July 25, 2018 / 4:36 PM / in 4 months

'Blood moon' to appear for 21st Century's longest lunar eclipse

LONDON (Reuters) - A blood moon will appear in the night sky around much of the world on Friday night as the moon moves into the shadow of the earth for the longest lunar eclipse of the 21st Century.

The total eclipse will last 1 hour, 42 minutes and 57 seconds, though a partial eclipse precedes and follows, meaning the moon will spend a total of 3 hours and 54 minutes in the earth’s umbral shadow, according to NASA.

The eclipse will be visible from Europe, Africa and the Middle East between sunset and midnight on July 27 and then between midnight and sunrise on July 28 in much of Asia and Australia.

“It’s called a blood moon because the light from the sun goes through the earth’s atmosphere on its way to the moon and the earth’s atmosphere turns it red in the same way that when the sun goes down it goes red,” Andrew Fabian, professor of astronomy at the University of Cambridge.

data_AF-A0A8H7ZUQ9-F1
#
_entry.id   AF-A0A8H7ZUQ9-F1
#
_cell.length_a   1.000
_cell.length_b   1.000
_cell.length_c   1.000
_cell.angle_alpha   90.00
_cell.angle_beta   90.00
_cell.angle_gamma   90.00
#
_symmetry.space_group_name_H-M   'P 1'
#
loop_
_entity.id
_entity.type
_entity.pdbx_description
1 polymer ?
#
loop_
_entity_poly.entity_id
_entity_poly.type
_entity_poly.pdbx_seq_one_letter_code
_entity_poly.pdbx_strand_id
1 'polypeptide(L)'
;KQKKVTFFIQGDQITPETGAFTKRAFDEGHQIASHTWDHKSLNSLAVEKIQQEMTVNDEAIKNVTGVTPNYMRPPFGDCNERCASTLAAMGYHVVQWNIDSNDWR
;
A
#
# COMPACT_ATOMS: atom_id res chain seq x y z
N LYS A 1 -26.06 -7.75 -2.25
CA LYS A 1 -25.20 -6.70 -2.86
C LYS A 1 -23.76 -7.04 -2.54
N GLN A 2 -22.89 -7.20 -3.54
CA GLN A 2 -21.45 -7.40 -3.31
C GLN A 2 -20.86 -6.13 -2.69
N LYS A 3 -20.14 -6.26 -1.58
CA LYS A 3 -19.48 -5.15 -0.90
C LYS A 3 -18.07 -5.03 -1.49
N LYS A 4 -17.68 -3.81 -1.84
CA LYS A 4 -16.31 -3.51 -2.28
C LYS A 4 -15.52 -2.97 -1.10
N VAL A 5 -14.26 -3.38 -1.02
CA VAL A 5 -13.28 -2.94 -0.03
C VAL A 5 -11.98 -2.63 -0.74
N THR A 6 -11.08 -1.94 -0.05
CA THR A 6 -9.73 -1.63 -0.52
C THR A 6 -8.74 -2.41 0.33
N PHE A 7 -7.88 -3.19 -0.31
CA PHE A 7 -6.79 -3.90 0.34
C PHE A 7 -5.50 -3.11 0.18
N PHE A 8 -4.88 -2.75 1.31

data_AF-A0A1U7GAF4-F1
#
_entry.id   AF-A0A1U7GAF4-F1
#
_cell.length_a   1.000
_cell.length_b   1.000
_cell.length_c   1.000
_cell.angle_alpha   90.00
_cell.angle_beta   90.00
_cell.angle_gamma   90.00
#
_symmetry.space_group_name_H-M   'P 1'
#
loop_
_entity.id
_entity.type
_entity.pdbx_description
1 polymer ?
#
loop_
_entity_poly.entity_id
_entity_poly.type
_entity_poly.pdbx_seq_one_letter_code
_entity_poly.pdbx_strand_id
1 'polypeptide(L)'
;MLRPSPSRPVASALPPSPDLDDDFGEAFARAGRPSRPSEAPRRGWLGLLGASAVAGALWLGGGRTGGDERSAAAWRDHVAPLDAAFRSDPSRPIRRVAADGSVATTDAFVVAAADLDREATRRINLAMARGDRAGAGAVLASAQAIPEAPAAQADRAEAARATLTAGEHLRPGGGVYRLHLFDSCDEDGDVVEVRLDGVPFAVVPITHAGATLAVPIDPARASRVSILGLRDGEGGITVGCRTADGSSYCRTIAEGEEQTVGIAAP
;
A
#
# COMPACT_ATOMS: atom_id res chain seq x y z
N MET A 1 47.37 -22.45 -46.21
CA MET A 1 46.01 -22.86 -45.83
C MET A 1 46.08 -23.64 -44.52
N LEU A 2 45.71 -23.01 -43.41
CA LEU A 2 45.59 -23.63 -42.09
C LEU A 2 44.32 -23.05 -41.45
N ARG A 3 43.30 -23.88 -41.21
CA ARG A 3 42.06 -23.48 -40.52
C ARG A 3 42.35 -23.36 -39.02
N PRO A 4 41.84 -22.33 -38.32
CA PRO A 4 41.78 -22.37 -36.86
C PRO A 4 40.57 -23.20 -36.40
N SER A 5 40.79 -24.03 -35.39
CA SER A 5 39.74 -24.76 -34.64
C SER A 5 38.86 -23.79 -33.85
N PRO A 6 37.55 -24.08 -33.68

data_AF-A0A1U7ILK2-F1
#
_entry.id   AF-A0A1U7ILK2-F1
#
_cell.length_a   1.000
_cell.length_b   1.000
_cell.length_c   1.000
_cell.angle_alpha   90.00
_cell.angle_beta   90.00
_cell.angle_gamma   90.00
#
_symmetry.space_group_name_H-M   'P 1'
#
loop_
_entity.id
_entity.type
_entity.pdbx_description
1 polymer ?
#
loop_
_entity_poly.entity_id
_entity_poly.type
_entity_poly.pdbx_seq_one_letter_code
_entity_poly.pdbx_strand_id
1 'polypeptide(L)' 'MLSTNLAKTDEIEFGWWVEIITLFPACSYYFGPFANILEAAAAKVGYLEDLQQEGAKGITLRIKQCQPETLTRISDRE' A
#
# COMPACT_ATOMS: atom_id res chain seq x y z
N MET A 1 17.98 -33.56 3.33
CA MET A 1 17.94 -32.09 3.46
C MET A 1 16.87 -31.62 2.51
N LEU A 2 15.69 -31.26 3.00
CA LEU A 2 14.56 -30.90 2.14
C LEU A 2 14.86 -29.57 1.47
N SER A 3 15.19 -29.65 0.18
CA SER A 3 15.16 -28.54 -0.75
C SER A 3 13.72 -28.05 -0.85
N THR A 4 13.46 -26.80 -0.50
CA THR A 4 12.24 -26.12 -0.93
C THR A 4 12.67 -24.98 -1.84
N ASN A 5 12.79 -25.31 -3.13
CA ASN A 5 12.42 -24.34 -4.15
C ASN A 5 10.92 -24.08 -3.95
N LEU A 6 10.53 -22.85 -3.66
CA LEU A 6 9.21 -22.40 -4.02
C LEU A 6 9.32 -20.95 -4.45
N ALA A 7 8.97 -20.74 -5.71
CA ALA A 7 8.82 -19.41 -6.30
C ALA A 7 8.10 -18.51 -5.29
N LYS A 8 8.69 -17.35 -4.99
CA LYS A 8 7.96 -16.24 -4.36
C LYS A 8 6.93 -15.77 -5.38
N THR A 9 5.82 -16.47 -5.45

When the moon moves into the conical shaped shadow of the earth, it goes from being illuminated by the sun to being dark. Some light, though, will still reach the moon because it is bent by the earth’s atmosphere.

“If you were standing on the moon in this eclipse, you would see the sun and then the earth would come in the way and blot out the sun,” said Fabian. “The rim of the earth would be glowing because light is being scattered by the earth’s atmosphere.”

The same day, Mars will be at its brightest as it travels close to earth, so observers may be able to see what looks like an orange-red star which is in fact the so called red planet.

When asked if the eclipse might be an omen of some sort, Fabian, who said he will try to observe the eclipse, laughed: “Absolutely not. Astrology is not something we follow.”

The eclipse of the moon will not be visible from North America or most of the Pacific. The next lunar eclipse of such a length is due in 2123.

Longest total lunar eclipse in the 21st century: tmsnrt.rs/2JP09kK

Reporting by Guy Faulconbridge

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